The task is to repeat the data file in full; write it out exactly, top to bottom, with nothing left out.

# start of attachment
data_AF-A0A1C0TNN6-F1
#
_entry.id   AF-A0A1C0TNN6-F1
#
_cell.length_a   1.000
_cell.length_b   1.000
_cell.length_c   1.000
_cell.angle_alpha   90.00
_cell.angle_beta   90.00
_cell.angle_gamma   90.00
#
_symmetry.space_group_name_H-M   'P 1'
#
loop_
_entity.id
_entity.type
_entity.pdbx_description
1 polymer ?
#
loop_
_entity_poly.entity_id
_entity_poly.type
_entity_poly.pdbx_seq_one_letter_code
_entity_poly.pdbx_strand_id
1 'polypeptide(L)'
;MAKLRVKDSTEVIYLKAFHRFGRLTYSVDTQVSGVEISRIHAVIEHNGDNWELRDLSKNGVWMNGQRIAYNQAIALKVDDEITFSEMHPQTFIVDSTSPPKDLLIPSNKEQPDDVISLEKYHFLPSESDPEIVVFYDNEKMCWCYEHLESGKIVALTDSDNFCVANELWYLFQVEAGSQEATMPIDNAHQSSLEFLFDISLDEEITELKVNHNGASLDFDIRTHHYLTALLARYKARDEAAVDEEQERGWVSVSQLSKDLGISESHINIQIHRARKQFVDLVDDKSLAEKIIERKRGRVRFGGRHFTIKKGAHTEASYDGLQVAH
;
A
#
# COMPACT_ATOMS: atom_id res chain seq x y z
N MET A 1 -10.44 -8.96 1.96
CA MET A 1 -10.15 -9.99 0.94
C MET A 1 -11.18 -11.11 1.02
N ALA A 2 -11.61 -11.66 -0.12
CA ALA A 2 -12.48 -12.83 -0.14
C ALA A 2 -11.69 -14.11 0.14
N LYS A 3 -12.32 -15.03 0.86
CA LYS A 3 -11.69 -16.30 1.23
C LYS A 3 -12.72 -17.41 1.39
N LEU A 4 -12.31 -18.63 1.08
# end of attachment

data_AF-A0A1C0TNN6-F1
#
_entry.id   AF-A0A1C0TNN6-F1
#
_cell.length_a   1.000
_cell.length_b   1.000
_cell.length_c   1.000
_cell.angle_alpha   90.00
_cell.angle_beta   90.00
_cell.angle_gamma   90.00
#
_symmetry.space_group_name_H-M   'P 1'
#
loop_
_entity.id
_entity.type
_entity.pdbx_description
1 polymer ?
#
loop_
_entity_poly.entity_id
_entity_poly.type
_entity_poly.pdbx_seq_one_letter_code
_entity_poly.pdbx_strand_id
1 'polypeptide(L)'
;MAKLRVKDSTEVIYLKAFHRFGRLTYSVDTQVSGVEISRIHAVIEHNGDNWELRDLSKNGVWMNGQRIAYNQAIALKVDDEITFSEMHPQTFIVDSTSPPKDLLIPSNKEQPDDVISLEKYHFLPSESDPEIVVFYDNEKMCWCYEHLESGKIVALTDSDNFCVANELWYLFQVEAGSQEATMPIDNAHQSSLEFLFDISLDEEITELKVNHNGASLDFDIRTHHYLTALLARYKARDEAAVDEEQERGWVSVSQLSKDLGISESHINIQIHRARKQFVDLVDDKSLAEKIIERKRGRVRFGGRHFTIKKGAHTEASYDGLQVAH
;
A
#
# COMPACT_ATOMS: atom_id res chain seq x y z
N MET A 1 -10.44 -8.96 1.96
CA MET A 1 -10.15 -9.99 0.94
C MET A 1 -11.18 -11.11 1.02
N ALA A 2 -11.61 -11.66 -0.12
CA ALA A 2 -12.48 -12.83 -0.14
C ALA A 2 -11.69 -14.11 0.14
N LYS A 3 -12.32 -15.03 0.86
CA LYS A 3 -11.69 -16.30 1.23
C LYS A 3 -12.72 -17.41 1.39
N LEU A 4 -12.31 -18.63 1.08